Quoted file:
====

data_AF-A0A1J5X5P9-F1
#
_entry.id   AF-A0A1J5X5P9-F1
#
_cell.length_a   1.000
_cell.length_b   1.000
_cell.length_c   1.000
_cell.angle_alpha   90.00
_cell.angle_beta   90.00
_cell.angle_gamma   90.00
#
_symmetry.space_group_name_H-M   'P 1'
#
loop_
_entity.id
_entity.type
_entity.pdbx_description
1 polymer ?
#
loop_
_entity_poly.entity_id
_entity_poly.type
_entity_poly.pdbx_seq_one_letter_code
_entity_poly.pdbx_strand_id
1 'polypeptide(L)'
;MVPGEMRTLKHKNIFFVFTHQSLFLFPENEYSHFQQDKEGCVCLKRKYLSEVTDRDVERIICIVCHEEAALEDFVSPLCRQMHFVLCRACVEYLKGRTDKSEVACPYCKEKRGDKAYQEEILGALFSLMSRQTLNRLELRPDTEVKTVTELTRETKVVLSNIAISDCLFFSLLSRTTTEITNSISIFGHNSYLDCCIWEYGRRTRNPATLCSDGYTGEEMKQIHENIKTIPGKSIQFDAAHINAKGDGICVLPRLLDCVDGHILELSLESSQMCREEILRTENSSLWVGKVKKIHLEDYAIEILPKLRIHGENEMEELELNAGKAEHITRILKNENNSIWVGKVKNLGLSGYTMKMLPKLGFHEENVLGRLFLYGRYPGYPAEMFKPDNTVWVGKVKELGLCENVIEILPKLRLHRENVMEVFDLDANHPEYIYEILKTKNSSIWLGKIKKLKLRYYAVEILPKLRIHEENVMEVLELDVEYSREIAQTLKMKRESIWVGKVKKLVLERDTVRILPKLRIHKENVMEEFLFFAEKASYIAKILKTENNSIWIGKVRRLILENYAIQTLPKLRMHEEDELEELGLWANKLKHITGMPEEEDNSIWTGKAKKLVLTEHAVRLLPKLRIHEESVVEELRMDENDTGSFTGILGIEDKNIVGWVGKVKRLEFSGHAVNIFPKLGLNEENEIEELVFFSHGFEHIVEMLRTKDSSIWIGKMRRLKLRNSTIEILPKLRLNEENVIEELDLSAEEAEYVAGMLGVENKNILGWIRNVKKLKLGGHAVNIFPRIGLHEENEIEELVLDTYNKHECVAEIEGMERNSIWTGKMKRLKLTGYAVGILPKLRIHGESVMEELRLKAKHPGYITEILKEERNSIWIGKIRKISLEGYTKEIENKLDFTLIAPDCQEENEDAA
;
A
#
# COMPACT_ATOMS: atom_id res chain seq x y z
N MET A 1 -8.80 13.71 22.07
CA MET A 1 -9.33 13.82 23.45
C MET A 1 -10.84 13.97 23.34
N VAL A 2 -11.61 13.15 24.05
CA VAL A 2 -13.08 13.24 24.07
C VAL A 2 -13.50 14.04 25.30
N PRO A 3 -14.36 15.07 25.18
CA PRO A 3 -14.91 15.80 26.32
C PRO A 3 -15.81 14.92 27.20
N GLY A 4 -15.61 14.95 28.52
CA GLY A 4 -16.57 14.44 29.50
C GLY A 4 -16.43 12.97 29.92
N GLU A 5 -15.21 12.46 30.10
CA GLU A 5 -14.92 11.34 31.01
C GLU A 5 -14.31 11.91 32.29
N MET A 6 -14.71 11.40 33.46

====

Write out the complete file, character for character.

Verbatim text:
data_AF-A0A1J5X5P9-F1
#
_entry.id   AF-A0A1J5X5P9-F1
#
_cell.length_a   1.000
_cell.length_b   1.000
_cell.length_c   1.000
_cell.angle_alpha   90.00
_cell.angle_beta   90.00
_cell.angle_gamma   90.00
#
_symmetry.space_group_name_H-M   'P 1'
#
loop_
_entity.id
_entity.type
_entity.pdbx_description
1 polymer ?
#
loop_
_entity_poly.entity_id
_entity_poly.type
_entity_poly.pdbx_seq_one_letter_code
_entity_poly.pdbx_strand_id
1 'polypeptide(L)'
;MVPGEMRTLKHKNIFFVFTHQSLFLFPENEYSHFQQDKEGCVCLKRKYLSEVTDRDVERIICIVCHEEAALEDFVSPLCRQMHFVLCRACVEYLKGRTDKSEVACPYCKEKRGDKAYQEEILGALFSLMSRQTLNRLELRPDTEVKTVTELTRETKVVLSNIAISDCLFFSLLSRTTTEITNSISIFGHNSYLDCCIWEYGRRTRNPATLCSDGYTGEEMKQIHENIKTIPGKSIQFDAAHINAKGDGICVLPRLLDCVDGHILELSLESSQMCREEILRTENSSLWVGKVKKIHLEDYAIEILPKLRIHGENEMEELELNAGKAEHITRILKNENNSIWVGKVKNLGLSGYTMKMLPKLGFHEENVLGRLFLYGRYPGYPAEMFKPDNTVWVGKVKELGLCENVIEILPKLRLHRENVMEVFDLDANHPEYIYEILKTKNSSIWLGKIKKLKLRYYAVEILPKLRIHEENVMEVLELDVEYSREIAQTLKMKRESIWVGKVKKLVLERDTVRILPKLRIHKENVMEEFLFFAEKASYIAKILKTENNSIWIGKVRRLILENYAIQTLPKLRMHEEDELEELGLWANKLKHITGMPEEEDNSIWTGKAKKLVLTEHAVRLLPKLRIHEESVVEELRMDENDTGSFTGILGIEDKNIVGWVGKVKRLEFSGHAVNIFPKLGLNEENEIEELVFFSHGFEHIVEMLRTKDSSIWIGKMRRLKLRNSTIEILPKLRLNEENVIEELDLSAEEAEYVAGMLGVENKNILGWIRNVKKLKLGGHAVNIFPRIGLHEENEIEELVLDTYNKHECVAEIEGMERNSIWTGKMKRLKLTGYAVGILPKLRIHGESVMEELRLKAKHPGYITEILKEERNSIWIGKIRKISLEGYTKEIENKLDFTLIAPDCQEENEDAA
;
A
#
# COMPACT_ATOMS: atom_id res chain seq x y z
N MET A 1 -8.80 13.71 22.07
CA MET A 1 -9.33 13.82 23.45
C MET A 1 -10.84 13.97 23.34
N VAL A 2 -11.61 13.15 24.05
CA VAL A 2 -13.08 13.24 24.07
C VAL A 2 -13.50 14.04 25.30
N PRO A 3 -14.36 15.07 25.18
CA PRO A 3 -14.91 15.80 26.32
C PRO A 3 -15.81 14.92 27.20
N GLY A 4 -15.61 14.95 28.52
CA GLY A 4 -16.57 14.44 29.50
C GLY A 4 -16.43 12.97 29.92
N GLU A 5 -15.21 12.46 30.10
CA GLU A 5 -14.92 11.34 31.01
C GLU A 5 -14.31 11.91 32.29
N MET A 6 -14.71 11.40 33.46